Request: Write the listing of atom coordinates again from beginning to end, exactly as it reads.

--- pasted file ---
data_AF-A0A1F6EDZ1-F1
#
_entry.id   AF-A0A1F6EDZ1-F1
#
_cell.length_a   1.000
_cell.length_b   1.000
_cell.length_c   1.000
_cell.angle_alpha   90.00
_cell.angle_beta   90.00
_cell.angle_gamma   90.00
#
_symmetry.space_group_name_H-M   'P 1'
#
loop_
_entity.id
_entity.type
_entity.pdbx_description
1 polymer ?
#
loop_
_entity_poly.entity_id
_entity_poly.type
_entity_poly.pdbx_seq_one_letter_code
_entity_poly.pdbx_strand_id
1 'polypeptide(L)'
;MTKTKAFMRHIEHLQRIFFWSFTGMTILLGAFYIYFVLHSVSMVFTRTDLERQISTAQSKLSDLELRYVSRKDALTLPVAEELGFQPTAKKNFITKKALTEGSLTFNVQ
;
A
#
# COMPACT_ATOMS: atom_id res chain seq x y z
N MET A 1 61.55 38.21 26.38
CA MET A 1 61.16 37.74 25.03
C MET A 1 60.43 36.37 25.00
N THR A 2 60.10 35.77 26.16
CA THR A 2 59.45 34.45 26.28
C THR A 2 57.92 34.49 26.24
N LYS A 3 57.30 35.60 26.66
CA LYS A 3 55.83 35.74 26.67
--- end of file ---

data_AF-A0A1F6EDZ1-F1
#
_entry.id   AF-A0A1F6EDZ1-F1
#
_cell.length_a   1.000
_cell.length_b   1.000
_cell.length_c   1.000
_cell.angle_alpha   90.00
_cell.angle_beta   90.00
_cell.angle_gamma   90.00
#
_symmetry.space_group_name_H-M   'P 1'
#
loop_
_entity.id
_entity.type
_entity.pdbx_description
1 polymer ?
#
loop_
_entity_poly.entity_id
_entity_poly.type
_entity_poly.pdbx_seq_one_letter_code
_entity_poly.pdbx_strand_id
1 'polypeptide(L)'
;MTKTKAFMRHIEHLQRIFFWSFTGMTILLGAFYIYFVLHSVSMVFTRTDLERQISTAQSKLSDLELRYVSRKDALTLPVAEELGFQPTAKKNFITKKALTEGSLTFNVQ
;
A
#
# COMPACT_ATOMS: atom_id res chain seq x y z
N MET A 1 61.55 38.21 26.38
CA MET A 1 61.16 37.74 25.03
C MET A 1 60.43 36.37 25.00
N THR A 2 60.10 35.77 26.16
CA THR A 2 59.45 34.45 26.28
C THR A 2 57.92 34.49 26.24
N LYS A 3 57.30 35.60 26.66
CA LYS A 3 55.83 35.74 26.67